Society criticises ID trial at borough vote

THE Electoral Reform Society has criticised government trials that saw 44 Gosport residents unable to vote.

Thursday, 24th May 2018, 7:00 am
Updated Friday, 8th June 2018, 8:45 am

Gosport Borough Council was one of five councils nationwide to test the new scheme that meant voters had to bring proof of identity to polling stations or risk being turned away.

Despite efforts to warn residents before the elections, held on May 4, 116 people arrived at stations without any form of identification.

Of these, 72 returned with the correct documents such as a driving licence, passport or utility bill. However, 44 did not and lost their vote.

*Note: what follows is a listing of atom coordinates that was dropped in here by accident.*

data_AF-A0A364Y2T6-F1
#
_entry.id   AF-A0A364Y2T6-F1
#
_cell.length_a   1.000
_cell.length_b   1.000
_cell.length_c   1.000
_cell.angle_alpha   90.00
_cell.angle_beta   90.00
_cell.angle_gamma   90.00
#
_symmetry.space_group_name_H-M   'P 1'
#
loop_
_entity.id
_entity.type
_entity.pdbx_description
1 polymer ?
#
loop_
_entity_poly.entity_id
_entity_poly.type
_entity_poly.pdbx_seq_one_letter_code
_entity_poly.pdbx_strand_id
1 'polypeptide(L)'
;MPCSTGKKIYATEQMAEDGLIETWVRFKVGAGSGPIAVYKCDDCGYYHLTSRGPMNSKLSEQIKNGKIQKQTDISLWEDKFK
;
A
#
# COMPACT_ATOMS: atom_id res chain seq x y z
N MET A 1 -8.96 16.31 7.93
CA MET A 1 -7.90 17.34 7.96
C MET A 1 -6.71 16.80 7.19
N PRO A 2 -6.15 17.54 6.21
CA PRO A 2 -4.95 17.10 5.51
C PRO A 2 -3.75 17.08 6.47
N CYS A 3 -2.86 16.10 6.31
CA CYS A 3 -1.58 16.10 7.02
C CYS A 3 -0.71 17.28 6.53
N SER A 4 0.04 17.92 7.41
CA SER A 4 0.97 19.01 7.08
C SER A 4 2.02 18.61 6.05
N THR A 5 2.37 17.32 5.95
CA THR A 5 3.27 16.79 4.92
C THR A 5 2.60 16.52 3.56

Sign up to our daily newsletter

The i newsletter cut through the noise

A spokesperson from the Electoral Reform Society said: ‘What the government trials have achieved is to deny hundreds of people their vote, including at least 44 across Gosport.

‘Unfortunately we will never know how many blameless voters stayed home or turned back before they even got to the polling desk, but any number is too high.

‘The question has to be asked why these trials were held given that there has not been a single verified allegation of impersonation fraud in Gosport, or any other pilot area, in the past ten years.

‘Voters have paid a high price for this unnecessary experiment.’

Bromley, Swindon, Watford and Woking also tried out and ID scheme. Collectively 311 voters were unable to vote.

Turnout at Gosport was 33.29 per cent, an increase on the 31.98 per cent at the last borough election in 2016.